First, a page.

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Retirees and former employees of UNISYS, Lockheed Martin, and their Twin Cities heritage companies.
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1. Introduction: As part of the LMCO and VIP Club Legacy initiative, several retired employees have been interviewed. As these interviews are transcribed, they'll be posted hereunder.

  • If you are interested in the interview of a specific person, John Westergren has provided a list of those recorded to date and the media type.
  • We are seeking persons who are willing to transcribe these 30+ interviews.
  • The Charles Babbage Institute also has several oral interviews available.    




NOTE: Click on the section 2 name to read and or download the oral interview transcription.

On this page:

  1. Introduction [left]
  2. Interviewees - Jim Rapinac, Fred Hargesheimer, Marc Shoquist, et al'.
  3. Interview questions created/compiled by Ole

Page 38 updated 4/8/2016.

    To download then install the latest Adobe Reader software free, go to their web site, [lab]

2. Interviewees:

2.1 Jim 'Rapp' Rapinac

Jim's career spanned UNIVAC to UNISYS. He began as a manufacturing planner and retired as a Marketing Vice President. The Legacy committee is quite thankful to have 'Rapp' as the first completed oral interview and because he has made so many textual contributions to the various sections of our web site and history. Jim lived in a small town on the Minnesota Iron Range as a boy, moved with family to CA, played basketball, and was drafted into the Army. He wrote about his Military Service which was mostly about managing officers' clubs.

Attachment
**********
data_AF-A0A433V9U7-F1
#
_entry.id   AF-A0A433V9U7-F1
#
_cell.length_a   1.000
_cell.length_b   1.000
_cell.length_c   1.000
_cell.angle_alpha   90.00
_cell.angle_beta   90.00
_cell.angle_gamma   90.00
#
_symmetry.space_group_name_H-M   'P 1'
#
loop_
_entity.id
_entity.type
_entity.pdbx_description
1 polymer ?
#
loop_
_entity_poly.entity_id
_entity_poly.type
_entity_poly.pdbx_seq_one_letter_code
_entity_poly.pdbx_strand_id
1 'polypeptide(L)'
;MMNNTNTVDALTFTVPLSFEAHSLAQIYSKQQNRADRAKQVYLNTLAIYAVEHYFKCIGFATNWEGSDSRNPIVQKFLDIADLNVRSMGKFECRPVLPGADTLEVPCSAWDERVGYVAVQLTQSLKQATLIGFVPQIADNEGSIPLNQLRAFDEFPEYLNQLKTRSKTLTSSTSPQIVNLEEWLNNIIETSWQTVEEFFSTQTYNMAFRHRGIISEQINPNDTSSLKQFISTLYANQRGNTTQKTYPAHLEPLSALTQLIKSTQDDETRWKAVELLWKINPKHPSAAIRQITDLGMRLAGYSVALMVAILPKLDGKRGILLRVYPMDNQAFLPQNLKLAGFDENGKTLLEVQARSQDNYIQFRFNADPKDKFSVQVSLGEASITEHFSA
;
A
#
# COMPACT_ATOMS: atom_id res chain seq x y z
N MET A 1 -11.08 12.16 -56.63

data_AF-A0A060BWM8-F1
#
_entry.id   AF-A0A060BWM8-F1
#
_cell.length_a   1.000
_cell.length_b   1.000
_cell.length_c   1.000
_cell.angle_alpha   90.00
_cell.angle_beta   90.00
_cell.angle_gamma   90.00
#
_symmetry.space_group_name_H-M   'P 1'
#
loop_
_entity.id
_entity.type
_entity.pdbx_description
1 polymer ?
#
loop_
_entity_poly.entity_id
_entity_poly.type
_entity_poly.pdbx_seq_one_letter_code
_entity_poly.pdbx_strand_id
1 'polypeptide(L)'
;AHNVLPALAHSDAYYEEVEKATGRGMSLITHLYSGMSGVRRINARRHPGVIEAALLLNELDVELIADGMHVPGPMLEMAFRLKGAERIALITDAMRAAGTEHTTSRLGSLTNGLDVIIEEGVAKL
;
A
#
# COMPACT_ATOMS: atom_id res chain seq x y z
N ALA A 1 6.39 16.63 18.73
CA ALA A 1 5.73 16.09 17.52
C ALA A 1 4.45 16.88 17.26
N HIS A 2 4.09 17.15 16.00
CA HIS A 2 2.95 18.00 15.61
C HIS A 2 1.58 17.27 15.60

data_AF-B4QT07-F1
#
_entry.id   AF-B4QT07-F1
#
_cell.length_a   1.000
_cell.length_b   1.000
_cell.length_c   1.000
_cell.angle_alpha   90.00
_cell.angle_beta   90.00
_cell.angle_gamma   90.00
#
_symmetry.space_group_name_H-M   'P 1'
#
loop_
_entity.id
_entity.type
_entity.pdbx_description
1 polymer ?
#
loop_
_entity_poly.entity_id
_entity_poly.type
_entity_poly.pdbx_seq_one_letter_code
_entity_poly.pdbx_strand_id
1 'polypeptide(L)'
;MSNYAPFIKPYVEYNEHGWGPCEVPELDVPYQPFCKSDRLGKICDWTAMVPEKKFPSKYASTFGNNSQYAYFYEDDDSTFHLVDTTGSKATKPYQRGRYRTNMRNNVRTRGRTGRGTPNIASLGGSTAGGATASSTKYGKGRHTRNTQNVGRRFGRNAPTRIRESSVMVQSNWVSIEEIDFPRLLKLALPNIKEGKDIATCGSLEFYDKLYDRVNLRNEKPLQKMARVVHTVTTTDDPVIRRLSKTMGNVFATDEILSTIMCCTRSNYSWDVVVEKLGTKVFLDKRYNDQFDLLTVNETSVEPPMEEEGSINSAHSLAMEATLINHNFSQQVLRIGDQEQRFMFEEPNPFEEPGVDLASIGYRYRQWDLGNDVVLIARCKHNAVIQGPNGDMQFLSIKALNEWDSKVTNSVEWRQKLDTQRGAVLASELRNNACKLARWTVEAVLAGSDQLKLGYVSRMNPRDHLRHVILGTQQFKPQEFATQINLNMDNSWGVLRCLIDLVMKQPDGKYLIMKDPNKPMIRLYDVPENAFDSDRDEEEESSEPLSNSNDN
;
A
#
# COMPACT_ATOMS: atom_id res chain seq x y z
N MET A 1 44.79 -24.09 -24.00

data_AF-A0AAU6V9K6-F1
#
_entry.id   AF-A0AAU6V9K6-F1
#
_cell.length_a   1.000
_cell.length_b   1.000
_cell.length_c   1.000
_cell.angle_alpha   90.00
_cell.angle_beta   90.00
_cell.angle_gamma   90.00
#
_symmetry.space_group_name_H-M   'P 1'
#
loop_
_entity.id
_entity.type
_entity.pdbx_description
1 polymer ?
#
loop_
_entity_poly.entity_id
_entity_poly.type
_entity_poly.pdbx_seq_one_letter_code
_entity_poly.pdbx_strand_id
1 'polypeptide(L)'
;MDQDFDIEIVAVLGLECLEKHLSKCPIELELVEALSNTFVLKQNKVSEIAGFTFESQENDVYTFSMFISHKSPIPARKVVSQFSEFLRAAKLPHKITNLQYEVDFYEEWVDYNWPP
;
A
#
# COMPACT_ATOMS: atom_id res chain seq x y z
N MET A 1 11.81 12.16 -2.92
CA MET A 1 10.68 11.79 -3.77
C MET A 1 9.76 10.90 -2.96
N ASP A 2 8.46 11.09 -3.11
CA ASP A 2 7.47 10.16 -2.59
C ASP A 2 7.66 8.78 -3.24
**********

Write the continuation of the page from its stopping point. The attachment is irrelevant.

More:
2.2 Fred Hargesheimer

Interview conducted in 2007. Fred's career spanned ERA to Sperry. He spent most of his 20+ year career in marketing, beginning by selling the ERA Automatic Antenna Coupler. His skills as a ham radio operator and a pilot made him an ideal customer contact person as he knew both the communication technology and aircraft characteristics. More about Fred on the Deceased page.

2.3  Marc Shoquist

Marc was an avid contributor to our Legacy anthology. His areas of expertise were the Antennae Couplers, Serial Interfaces, and Fiber Optic interfaces. After retirement, he was an avid promoter of the 4H. Others knew him as a multi-decade, astute leader in the Growth Stock Investment Club. He had both Navy and Army service records - survived by a daughter and granddaughter.

More are yet to be transcribed - volunteers are needed!  Clyde Allen, Manny Block, Bill Butler, Tom Delaney, Abe Franck, Bill Geiger, Jay Gildemeister, Jack Hill, Chuck Homan, Gale Jallen, Bernie Jansen, Frank Kline, Dave Kolling, Steve Koltes, Jim Kzaley, Myron Lecy, Don Mager, John Markfelder, Ed Nelson, Howard Nissen, Phil Phipps, Chuck Proshek, Jack Ross, Roy Valentini, and Don Vizanko as coordinated by John Westergren. 

3. Interview questions: Contributed by Ole, et al.

Please give a brief biographical sketch of your life, beginning with your parents and your childhood, your education, military experience if any, and the general pattern of your career.